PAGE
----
A few years ago I was told when raising money that I should look to get it from my triple F: Friends, Family and Fools. I did not think that was a particularly wise remark so I didn’t follow the advice.
Traditionally start up companies would raise capital to start up their business by going to Angel and Venture Capital (VC) investors to raise seed funding. Today this is still the most common way for entrepreneurs to raise capital investment for their business. However in the last few years a new fund-raising method has been gaining popularity.
Crowdfunding is a method of collecting money from a collaborative network of people. The internet has been made it possible for people to collaborate to fund projects in the commercial, social, and charity sectors.
Some of the more successful crowd funding websites include: Kickstarter, wefunder, pleasefund.us, crowdcube and megafounder. All these website use distributed network to raise money from the crowd to create crowdfunding for new businesses.
Organisations that want to use one of these crowdfunding services to raise funding starts by completing an application form that often includes a blurb or video about the startup project. The organisation describes the rewards that the people who decide to pledge money to their project will receive. Sometimes this is something tangible as getting their product at a cheaper price, or at an exclusive early release date. These rewards are instead of the equity share that a conventional investor would expect to receive in return for their capital investment in a startup project.
For example, the Kickstarter tech project called The Hidden Radio and Bluetooth Speaker, a wireless speaker for your iPhone and digital radio, raised almost $1 million dollars in pledges in January 2012. This is The Hidden Radio promotional video.
The Hidden Radio is a great tech project which is perfectly suited to crowd funding, because people who pledge get a tangible reward for their money. I imagine it would be much tougher for a software technology startup to raise such funds because software is not something you can physically touch or get in the post (with the exception of a software game, which might be offered at early date to potential investors).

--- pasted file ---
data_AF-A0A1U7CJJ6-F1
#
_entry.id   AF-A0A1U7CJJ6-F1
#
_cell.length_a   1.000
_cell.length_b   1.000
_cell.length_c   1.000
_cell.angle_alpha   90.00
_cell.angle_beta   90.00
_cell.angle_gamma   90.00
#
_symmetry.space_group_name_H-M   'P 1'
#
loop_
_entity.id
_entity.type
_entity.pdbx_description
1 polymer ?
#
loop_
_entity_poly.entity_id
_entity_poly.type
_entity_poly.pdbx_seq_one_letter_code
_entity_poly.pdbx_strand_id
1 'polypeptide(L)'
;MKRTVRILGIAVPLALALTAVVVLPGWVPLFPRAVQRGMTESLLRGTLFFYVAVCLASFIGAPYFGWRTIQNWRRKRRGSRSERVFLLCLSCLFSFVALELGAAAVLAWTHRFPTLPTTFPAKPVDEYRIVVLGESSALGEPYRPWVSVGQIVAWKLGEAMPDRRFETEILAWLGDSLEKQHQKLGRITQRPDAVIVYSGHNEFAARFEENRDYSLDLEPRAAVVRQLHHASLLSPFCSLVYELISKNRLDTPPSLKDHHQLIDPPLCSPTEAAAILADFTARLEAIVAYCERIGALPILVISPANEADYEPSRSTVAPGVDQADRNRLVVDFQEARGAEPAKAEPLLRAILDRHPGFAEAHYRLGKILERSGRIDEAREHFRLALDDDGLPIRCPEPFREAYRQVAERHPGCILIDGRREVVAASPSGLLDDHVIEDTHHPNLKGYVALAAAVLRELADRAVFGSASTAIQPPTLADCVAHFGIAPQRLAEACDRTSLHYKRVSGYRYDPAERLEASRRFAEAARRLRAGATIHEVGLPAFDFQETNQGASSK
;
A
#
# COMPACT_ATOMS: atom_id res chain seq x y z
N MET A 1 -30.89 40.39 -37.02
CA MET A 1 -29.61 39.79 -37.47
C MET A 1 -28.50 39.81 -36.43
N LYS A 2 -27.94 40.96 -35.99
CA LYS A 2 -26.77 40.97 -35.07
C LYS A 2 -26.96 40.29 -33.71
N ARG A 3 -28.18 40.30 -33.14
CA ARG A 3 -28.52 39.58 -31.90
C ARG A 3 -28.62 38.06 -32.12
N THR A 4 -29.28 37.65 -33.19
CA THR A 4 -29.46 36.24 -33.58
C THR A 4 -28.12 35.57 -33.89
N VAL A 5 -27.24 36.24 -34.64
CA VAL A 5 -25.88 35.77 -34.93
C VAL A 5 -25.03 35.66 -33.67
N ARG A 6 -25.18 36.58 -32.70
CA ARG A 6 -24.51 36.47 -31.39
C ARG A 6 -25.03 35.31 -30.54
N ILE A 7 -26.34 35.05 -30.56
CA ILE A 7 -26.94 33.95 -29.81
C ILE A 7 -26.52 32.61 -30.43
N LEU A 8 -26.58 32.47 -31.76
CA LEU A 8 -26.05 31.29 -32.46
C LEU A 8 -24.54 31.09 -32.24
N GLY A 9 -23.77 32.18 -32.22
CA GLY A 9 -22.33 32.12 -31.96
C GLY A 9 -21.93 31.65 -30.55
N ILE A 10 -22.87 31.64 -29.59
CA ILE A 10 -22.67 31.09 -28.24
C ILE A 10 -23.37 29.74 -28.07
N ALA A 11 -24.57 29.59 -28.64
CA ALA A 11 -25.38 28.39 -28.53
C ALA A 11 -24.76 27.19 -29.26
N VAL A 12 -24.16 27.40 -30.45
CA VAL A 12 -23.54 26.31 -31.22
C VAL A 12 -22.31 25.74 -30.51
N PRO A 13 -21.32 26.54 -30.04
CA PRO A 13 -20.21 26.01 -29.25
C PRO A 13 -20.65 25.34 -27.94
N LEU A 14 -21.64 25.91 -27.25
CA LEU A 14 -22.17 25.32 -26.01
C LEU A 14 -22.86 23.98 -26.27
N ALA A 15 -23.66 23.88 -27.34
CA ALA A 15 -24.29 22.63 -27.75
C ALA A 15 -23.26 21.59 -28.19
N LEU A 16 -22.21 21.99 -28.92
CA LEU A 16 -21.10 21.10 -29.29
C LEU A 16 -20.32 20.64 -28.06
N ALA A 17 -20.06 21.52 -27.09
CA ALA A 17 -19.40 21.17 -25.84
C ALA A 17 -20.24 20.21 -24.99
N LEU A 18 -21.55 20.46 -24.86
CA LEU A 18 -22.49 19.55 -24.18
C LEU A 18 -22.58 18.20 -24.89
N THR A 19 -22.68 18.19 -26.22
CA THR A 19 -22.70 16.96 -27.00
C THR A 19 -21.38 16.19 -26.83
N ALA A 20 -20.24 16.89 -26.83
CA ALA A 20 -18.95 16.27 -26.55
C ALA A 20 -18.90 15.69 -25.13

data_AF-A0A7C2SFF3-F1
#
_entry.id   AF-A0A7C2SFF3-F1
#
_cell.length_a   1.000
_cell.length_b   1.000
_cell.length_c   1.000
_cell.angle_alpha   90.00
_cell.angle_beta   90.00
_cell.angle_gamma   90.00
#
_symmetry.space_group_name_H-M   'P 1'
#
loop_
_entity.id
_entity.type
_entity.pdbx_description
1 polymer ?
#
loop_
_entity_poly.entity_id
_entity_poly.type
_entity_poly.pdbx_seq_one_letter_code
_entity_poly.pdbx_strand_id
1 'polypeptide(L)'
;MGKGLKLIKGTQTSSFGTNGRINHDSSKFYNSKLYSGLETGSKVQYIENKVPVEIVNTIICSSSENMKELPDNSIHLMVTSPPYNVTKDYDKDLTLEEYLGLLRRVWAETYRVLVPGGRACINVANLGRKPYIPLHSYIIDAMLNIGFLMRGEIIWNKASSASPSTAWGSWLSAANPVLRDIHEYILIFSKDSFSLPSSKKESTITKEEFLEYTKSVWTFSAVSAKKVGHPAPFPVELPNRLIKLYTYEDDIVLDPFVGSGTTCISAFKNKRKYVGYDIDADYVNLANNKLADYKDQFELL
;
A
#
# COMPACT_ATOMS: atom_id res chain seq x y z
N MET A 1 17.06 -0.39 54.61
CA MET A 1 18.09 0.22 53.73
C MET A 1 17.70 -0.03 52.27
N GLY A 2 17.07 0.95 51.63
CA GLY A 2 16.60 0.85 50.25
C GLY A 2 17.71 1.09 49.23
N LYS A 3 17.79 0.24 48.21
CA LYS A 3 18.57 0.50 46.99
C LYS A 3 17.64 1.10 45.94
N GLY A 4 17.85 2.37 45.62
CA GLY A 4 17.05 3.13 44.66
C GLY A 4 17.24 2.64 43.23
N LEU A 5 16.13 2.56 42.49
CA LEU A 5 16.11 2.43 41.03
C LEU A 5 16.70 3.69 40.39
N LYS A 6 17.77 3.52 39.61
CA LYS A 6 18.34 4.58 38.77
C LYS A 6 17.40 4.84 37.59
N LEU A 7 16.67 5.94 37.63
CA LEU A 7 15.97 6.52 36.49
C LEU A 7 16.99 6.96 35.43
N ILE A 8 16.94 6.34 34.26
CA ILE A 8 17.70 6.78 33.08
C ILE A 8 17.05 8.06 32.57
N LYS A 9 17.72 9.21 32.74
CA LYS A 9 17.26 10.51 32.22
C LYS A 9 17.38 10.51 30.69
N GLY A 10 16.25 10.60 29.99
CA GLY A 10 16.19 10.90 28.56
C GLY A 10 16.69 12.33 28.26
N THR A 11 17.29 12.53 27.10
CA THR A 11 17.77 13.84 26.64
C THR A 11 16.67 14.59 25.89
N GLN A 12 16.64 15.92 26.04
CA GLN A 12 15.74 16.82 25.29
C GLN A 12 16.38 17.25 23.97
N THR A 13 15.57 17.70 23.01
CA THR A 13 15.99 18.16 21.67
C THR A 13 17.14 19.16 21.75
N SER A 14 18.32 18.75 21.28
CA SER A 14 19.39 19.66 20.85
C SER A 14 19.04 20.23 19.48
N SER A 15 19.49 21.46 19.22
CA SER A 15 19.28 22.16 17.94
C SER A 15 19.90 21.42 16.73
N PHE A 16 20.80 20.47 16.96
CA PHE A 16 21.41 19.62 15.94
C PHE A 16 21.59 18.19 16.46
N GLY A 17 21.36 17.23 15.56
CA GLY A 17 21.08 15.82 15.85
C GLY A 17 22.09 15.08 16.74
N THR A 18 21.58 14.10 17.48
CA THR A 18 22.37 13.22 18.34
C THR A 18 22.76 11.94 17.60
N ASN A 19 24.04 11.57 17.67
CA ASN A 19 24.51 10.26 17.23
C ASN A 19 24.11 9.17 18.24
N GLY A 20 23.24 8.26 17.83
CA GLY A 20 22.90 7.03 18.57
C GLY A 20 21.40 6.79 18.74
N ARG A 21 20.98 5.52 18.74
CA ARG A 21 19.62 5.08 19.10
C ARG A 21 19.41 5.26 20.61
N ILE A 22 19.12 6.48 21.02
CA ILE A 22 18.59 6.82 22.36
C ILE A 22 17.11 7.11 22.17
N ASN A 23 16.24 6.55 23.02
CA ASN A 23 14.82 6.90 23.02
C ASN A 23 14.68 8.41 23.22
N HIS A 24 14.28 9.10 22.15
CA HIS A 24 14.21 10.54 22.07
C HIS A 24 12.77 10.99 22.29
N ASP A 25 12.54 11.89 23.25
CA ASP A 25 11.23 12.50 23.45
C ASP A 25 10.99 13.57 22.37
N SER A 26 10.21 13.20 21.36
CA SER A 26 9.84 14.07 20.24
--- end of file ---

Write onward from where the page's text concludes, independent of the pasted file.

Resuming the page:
Here is another example, which is a social project from Kickstarter and is still currently active, looking for pledges, called The Kite Machine.The kite project is a great example of social project that would find it difficult to raise funds for their launch without crowd funding. This is The Kite Machine’s promotional video.
The final video is from Pleasefund.us, and is another social project. This is a theatre group based in south London, called The Last Refuge Theatre build, which is also still raising funds. Here is their video:
Crowd funding could be an option for any startup business currently being run on a shoestring. However, if you are considering crowd funding as an option for raising capital you need to think what reward you can offer to your funders. The people who give you their pledges will still want to get something in return. For more information, why don’t you check out any of the websites I mentioned above.
- How to learn about your customer behaviour and engagement (thestartupmag.com)
- How to start setting up your fresh online store? (thestartupmag.com)
- Basecamp – The Bright Idea, Enterprise at Universities (thestartupmag.com)